Wednesday, March 31, 2010

Hang the DJ.

I think Daniel Handler might be one of the most overlooked writers of our time. You might know him better as Lemony Snicket, and up until a couple of years ago that was how I knew him too. I didn't hate the Lemony Snicket books, but I sure didn't love them like so many people did. And then a colleague told me I should read The Basic Eight by Daniel Handler, who, it turned out, was Lemony's alter ego. (or vice versa?) I loved The Basic Eight. It had all the themes I always look for--private school ridiculousness, intense highschool friendships, murder, psychological damage, sarcastic upscale jokes, croquet, heroines named Flannery. You really should read it. The prologue to his novel Watch Your Mouth is also required reading for all librarians: you will never think about LC Subject Headings the same way again. I think he's one of those too clever for his own good kind of writers, the kind that might stumble a little from time to time, but when they're on, they are ON, you know?

Anyway, I just stumbled on him again in Heavy Rotation, an essay collection of pieces by writers writing about the albums that have meant the most to them. Handler, God love him, writes about Savage by the Eurythmics. I could take or leave the Eurythmics (whenever I hear Here Comes The Rain Again on the radio I'm always certain, for the first eight bars, that it's actually going to be Sunglasses At Night), but the way he talks about what music can mean to you when you're young just got right into my heart:

"When you're seventeen you can drive around at midnight listening to anything and your life will change. You will quit your job or your lover, dance with someone or miss them, see someone for the first time or the last time, realize that you're not alone or you are, that you're connected or dis-, that you aren't the person you thought you were, or it turns out you are, or someone else is or nobody is or everybody, which means the world isn't fair and life isn't worthwhile or it is and it is, and all the while it's a classic or an obscurity, a gem or an embarrassment, cred or poseur, Ocean Beach or Ocean Rain, Giant Steps or Little Creatures, OK Computer, Computer World, The Freewheelin' Suzanne Vega, Achtung Baby it's Cold Outside, and then it begins to seem like a joke after all."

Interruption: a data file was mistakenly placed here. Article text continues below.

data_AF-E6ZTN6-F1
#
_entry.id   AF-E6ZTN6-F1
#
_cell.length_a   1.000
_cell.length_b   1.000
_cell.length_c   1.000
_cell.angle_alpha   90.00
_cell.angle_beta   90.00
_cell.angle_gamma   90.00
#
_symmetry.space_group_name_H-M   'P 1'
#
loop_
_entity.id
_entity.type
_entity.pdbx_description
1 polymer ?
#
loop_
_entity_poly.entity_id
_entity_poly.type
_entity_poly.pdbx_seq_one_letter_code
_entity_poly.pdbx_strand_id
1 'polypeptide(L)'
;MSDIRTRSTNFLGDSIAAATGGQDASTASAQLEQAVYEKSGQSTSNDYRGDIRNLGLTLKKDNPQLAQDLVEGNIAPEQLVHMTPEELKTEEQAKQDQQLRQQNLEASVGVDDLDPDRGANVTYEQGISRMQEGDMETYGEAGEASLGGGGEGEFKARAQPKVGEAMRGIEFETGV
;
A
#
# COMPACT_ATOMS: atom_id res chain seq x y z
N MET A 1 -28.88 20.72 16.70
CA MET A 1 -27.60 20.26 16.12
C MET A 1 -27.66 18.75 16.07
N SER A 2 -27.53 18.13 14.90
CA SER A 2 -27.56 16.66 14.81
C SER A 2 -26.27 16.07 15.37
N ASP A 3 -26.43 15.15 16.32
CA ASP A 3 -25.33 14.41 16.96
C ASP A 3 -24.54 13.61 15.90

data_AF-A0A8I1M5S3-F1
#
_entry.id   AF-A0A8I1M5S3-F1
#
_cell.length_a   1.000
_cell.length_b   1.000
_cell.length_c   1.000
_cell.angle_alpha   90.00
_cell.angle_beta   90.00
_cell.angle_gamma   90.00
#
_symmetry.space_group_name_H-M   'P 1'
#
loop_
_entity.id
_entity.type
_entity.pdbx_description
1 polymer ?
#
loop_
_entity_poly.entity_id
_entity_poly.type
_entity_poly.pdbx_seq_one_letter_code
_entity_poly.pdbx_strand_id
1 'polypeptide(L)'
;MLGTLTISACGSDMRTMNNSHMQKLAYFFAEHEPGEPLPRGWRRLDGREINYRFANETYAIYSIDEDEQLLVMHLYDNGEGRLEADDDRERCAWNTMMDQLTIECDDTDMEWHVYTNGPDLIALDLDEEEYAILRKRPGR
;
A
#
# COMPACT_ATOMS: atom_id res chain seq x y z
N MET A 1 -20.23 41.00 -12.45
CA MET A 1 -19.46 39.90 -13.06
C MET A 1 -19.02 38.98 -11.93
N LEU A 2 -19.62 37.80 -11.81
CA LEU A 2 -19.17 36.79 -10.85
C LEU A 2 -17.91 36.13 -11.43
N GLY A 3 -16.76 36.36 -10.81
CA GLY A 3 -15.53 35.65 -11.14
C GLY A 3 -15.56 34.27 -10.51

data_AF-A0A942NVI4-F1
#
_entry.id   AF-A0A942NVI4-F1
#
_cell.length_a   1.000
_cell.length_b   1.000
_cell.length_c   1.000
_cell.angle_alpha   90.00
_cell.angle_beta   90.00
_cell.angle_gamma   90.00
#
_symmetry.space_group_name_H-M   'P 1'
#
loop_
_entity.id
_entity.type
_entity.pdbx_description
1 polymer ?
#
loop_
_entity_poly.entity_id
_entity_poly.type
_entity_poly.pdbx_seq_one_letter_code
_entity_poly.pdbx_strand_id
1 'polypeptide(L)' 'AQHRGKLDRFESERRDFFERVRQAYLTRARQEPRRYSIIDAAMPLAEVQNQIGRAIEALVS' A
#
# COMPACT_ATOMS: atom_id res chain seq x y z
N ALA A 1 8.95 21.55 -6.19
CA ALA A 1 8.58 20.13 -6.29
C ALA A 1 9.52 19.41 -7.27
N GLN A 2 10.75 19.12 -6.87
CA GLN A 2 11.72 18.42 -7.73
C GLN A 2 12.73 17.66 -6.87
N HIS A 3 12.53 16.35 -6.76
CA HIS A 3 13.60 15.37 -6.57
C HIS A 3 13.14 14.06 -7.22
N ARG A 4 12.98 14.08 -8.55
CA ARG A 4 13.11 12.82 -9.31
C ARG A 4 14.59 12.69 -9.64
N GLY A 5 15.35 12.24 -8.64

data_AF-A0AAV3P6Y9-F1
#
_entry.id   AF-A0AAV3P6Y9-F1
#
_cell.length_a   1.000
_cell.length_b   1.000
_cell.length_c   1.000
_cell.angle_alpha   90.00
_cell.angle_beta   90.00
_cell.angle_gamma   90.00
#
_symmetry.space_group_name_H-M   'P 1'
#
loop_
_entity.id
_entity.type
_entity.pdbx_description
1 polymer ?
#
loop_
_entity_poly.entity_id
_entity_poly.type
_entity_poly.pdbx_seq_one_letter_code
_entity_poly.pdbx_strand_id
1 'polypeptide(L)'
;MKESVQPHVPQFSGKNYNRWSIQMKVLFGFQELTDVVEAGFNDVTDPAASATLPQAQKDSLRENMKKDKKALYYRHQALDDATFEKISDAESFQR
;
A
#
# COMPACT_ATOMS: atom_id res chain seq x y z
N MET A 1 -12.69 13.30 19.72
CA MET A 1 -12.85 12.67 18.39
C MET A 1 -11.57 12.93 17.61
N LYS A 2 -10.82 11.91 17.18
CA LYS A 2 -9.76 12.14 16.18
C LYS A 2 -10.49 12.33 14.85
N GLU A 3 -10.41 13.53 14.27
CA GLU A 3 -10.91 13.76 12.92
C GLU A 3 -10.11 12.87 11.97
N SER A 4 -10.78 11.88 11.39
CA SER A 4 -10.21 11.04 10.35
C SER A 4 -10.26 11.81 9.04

Heavy Rotation is totally worth a gander for a handful of lovely essays like Handler's. Also my secret writer husband Joshua Ferris talking about Ten, by Pearl Jam, because he feels exactly the same way I do (and probably the way all my friends do too): angry they sold out even though we knew they would all along, and wildly, passionately nostalgic.

Awwww, 1992 was a banner year.

Lenten rose.

For a girl raised in a deity-free liberal religious community, I've got a real thing for Christianity. I think it's kind of on par with kids who are denied sugary treats in their youth becoming total candy monsters later in life, but I have some serious Christian wannabe tendencies. Especially at this time of year, the darkest point in the calendar, Holy Week. I wrote about this last year, but I think it bears repeating. Maybe it's the masochist in me, but I love the whole idea of Lent, of giving something up and really missing it. None of this lame "oooh I'm giving up chocolate" bullshit--I think Lent should be about letting go of something that really brings you joy, like smelling the flowers, or giving yourself half an hour of solitude every morning to drink coffee and read the paper, or whatever. Not that I ever actually give these things up, but I sure admire the notion.

I used to think it was because suffering was just important, something that people should learn to do because life's just such a rotten thing and you're bound to be miserable in the end. But lately I've realized this kind of giving up is about more than just suffering--it's about acknowledging that things go away. When you give something up, you recognize that you're not always going to have it. You detach from the things that give you comfort (and the things that don't) and if you really commit to it, in the end, you find that all you have left is yourself, your choices, your life. It's not such a bad way to be.